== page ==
It wasn’t until May 29, almost a month after Bush declared an end to major combat operations, that Pincus, along with co-writer Karen DeYoung, broke onto the front page with a story headlined “U.S. Hedges on Finding Iraqi Weapons; Officials Cite the Possibilities of Long or Fruitless Search for Banned Arms.” At that point, with guerrilla attacks rising, postwar planning in disarray and the weapons highlighted by the Bush Administration nowhere to be found, experts and politicians on Pincus’s intelligence beat–and, more important, his own editors–began to stir. In June and July, stories about Iraq-related intelligence controversies written or co-written by Pincus, Priest and Milbank appeared on the front page twenty-one times. Between July 15 and July 21, their breaking news stories were on page one seven days in a row.

The Post‘s sluggish start, followed by its abrupt shift into high gear, was not lost on readers–including its own ombudsman. “There was a disconcerting pattern of underplayed or missed stories that were not up to the coverage that followed during and after the war,” says Michael Getler, who’s written critically of his paper’s prewar failure to acknowledge dissenting voices.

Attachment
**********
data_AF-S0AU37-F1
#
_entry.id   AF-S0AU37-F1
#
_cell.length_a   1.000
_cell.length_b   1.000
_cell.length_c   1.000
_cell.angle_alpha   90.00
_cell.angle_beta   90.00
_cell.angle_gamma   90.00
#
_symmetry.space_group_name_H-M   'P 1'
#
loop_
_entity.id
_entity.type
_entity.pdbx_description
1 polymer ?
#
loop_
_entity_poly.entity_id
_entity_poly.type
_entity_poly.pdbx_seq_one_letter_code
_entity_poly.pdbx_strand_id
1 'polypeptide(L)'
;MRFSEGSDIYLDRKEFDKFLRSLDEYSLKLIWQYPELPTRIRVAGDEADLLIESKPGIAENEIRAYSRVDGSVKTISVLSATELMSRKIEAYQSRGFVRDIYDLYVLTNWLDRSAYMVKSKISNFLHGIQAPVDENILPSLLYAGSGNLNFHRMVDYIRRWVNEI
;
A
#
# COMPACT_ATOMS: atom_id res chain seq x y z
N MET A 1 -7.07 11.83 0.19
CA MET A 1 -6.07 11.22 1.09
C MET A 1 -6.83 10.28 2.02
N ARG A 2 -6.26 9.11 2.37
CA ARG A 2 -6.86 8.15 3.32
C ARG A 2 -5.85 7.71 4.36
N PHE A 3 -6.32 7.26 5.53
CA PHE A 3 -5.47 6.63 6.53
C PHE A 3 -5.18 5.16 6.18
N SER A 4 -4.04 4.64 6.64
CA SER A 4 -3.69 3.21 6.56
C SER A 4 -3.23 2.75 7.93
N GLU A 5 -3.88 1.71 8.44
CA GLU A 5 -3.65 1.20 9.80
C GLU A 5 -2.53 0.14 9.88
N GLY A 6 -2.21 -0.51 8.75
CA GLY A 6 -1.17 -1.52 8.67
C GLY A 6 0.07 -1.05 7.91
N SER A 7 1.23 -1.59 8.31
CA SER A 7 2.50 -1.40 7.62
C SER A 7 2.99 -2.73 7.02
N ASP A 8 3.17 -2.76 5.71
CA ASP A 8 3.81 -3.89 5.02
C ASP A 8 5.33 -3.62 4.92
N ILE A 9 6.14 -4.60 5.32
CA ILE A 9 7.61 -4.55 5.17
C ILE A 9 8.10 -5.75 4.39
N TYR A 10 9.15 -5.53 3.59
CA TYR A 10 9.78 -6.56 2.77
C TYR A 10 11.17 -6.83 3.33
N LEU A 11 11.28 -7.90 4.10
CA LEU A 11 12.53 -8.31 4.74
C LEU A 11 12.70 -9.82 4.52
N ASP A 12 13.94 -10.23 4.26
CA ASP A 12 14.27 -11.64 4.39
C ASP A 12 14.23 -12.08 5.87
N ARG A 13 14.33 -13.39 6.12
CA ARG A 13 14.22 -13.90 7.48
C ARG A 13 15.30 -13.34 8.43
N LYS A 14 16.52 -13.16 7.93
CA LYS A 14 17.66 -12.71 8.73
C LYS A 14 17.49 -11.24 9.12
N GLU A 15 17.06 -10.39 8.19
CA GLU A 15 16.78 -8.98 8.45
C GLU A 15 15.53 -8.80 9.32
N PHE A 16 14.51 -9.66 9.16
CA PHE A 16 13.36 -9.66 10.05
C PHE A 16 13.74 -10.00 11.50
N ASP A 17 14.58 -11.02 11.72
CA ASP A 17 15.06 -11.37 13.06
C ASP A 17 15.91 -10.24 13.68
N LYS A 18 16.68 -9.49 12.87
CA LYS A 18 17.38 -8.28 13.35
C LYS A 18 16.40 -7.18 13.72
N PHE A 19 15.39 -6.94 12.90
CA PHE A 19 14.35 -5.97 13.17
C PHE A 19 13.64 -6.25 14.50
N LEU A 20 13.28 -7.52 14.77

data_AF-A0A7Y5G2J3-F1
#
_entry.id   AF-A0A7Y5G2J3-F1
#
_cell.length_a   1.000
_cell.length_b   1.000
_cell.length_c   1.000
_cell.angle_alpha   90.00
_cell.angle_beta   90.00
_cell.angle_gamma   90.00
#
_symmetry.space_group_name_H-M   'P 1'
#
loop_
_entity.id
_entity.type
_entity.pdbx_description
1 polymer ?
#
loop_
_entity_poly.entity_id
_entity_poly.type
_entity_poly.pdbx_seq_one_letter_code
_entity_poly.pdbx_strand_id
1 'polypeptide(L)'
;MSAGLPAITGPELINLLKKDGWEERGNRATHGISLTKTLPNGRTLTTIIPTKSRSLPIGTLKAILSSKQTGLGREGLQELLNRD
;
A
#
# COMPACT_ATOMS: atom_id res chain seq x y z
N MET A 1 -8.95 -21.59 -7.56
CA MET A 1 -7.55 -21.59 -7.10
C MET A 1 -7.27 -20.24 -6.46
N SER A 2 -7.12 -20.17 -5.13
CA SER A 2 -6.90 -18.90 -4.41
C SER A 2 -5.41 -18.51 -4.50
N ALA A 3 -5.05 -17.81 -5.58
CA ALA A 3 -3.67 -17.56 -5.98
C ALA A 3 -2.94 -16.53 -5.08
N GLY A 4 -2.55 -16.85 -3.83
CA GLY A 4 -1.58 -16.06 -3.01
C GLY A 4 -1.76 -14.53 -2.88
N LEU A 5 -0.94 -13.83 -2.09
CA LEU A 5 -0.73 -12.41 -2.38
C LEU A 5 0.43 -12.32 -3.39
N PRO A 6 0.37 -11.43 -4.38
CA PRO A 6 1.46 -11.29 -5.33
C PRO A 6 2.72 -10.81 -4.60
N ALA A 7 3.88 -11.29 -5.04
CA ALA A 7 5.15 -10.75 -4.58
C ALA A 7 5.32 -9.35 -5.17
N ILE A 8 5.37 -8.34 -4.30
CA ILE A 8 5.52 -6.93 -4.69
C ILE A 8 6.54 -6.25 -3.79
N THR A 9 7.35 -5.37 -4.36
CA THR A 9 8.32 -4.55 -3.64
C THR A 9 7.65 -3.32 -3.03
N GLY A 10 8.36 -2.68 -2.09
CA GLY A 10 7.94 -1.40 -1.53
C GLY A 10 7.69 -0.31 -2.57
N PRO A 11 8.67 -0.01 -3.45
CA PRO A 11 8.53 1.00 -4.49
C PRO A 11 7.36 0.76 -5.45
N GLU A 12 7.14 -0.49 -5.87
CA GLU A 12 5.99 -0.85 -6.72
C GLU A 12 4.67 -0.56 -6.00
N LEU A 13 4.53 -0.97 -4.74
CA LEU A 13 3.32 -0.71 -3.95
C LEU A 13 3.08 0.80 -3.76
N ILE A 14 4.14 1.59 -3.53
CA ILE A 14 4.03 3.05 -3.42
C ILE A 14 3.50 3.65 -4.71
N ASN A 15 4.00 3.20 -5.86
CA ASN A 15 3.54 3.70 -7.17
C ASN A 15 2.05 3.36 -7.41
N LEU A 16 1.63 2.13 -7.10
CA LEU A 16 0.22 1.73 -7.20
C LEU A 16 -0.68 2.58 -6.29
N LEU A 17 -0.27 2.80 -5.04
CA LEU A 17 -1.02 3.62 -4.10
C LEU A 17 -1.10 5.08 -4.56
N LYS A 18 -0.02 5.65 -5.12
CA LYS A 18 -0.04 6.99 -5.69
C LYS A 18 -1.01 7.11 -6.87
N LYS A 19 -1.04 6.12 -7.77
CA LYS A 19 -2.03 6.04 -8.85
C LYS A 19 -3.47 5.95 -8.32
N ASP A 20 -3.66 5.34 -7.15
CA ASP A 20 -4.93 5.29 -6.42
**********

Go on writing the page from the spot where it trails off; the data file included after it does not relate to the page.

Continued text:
Post executive editor Leonard Downie Jr. denies any such transformation, saying “nothing is done differently now than before.” But Getler, and other Post insiders, disagree. Getler says the Post, like the rest of the press (but with a more significant impact, since it is the most closely watched barometer of the politics and mood in Washington), failed to capture adequately the transition from Osama and Afghanistan to Saddam and Iraq, a move that drastically increased dissent across the globe. “The Post is not biased,” Getler says, “but in the summer of 2002 up through [the start of war in Iraq], they were not alert enough, early enough, to dissenting voices.”